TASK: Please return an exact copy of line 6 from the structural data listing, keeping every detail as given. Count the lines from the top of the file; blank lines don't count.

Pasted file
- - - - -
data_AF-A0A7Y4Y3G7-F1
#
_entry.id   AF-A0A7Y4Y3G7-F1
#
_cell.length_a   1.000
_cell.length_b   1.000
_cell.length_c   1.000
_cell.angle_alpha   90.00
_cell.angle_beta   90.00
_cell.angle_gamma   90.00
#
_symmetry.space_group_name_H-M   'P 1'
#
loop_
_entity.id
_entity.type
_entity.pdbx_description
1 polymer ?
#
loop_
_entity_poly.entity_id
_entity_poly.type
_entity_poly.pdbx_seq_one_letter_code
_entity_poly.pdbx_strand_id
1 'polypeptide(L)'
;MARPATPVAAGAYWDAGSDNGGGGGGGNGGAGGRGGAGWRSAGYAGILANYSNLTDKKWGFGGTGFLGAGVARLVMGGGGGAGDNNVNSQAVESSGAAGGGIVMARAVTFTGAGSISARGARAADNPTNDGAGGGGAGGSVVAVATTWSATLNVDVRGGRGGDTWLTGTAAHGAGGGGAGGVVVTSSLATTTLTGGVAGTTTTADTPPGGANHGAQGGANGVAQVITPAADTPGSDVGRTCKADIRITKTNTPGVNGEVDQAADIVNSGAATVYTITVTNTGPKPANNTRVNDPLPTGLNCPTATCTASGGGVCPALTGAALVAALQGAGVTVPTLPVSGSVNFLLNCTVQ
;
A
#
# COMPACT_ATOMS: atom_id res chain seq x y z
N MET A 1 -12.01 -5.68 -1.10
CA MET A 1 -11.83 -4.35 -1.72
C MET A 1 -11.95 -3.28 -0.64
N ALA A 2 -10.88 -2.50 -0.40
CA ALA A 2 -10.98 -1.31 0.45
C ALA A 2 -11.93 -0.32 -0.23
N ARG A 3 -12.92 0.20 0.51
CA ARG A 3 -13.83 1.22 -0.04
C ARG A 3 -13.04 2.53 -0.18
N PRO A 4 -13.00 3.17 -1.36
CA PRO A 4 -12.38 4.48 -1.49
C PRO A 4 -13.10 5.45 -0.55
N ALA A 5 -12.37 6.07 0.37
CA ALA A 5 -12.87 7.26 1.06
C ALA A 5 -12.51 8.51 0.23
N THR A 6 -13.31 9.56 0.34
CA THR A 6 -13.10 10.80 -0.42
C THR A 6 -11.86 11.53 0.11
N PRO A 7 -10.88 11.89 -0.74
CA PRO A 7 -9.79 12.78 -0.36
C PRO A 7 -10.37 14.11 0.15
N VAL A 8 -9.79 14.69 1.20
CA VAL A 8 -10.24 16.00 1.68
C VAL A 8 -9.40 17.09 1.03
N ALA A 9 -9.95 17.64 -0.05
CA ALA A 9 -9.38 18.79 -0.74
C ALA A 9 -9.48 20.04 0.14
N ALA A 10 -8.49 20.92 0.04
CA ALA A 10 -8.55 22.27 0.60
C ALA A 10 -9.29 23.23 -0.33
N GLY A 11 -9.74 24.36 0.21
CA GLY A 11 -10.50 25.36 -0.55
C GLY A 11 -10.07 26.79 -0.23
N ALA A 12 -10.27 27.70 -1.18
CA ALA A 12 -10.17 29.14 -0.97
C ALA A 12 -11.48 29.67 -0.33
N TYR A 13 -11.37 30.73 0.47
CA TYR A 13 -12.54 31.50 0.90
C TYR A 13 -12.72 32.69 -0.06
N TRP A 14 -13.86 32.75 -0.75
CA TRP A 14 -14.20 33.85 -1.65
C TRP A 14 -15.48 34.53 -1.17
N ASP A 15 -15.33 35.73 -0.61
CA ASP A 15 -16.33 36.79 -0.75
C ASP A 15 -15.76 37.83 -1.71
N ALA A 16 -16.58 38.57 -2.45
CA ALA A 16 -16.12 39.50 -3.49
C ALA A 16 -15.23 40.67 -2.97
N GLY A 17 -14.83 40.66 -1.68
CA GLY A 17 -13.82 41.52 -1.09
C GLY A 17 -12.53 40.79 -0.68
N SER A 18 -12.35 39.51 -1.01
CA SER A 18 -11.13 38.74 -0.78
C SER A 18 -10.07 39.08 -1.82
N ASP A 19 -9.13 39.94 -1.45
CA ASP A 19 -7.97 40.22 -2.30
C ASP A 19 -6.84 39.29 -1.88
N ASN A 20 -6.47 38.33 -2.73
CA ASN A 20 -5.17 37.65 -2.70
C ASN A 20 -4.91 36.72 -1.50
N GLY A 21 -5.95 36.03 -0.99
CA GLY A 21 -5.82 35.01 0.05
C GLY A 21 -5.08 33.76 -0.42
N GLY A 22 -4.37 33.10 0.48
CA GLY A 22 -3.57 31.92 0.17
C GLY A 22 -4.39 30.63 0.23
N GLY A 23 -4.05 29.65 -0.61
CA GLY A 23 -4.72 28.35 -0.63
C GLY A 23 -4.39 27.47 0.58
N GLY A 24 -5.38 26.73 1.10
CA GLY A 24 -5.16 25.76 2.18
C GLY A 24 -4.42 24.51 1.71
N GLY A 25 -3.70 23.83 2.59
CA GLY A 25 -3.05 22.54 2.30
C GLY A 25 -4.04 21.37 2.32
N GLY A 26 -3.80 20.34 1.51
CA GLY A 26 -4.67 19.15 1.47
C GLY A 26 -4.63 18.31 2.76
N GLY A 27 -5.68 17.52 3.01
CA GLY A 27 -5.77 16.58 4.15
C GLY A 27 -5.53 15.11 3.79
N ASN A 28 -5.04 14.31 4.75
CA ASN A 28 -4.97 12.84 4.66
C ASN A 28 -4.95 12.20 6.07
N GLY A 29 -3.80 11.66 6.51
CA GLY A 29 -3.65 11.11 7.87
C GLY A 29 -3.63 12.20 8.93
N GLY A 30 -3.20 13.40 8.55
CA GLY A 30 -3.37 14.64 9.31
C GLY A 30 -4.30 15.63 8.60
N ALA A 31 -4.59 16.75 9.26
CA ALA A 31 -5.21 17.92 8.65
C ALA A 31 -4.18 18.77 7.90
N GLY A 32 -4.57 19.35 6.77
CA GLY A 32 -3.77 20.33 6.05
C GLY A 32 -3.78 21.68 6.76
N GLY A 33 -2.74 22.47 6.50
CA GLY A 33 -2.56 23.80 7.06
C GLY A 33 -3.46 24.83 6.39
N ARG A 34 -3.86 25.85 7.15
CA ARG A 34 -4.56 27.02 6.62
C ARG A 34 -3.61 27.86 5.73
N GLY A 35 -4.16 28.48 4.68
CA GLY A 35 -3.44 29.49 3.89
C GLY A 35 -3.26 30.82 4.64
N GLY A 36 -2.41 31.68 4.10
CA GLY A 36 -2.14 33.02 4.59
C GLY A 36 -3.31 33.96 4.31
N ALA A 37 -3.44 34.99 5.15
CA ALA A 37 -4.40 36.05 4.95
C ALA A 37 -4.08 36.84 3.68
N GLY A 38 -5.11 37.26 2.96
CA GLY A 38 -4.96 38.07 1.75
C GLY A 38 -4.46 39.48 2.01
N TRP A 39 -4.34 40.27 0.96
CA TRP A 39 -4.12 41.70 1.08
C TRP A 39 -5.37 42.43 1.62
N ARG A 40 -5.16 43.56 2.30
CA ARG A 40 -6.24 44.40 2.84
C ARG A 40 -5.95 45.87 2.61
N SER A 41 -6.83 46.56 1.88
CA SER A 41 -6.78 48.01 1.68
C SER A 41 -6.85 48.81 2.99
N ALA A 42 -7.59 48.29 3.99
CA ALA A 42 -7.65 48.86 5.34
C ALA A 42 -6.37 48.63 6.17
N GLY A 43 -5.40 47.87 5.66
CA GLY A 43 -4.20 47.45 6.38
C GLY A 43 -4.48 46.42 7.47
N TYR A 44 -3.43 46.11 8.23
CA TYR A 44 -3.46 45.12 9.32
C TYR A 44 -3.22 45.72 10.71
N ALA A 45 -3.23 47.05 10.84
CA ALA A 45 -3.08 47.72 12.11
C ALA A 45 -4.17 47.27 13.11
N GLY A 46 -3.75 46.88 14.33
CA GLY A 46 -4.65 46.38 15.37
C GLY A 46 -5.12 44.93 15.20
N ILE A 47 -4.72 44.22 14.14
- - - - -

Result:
_cell.length_b   1.000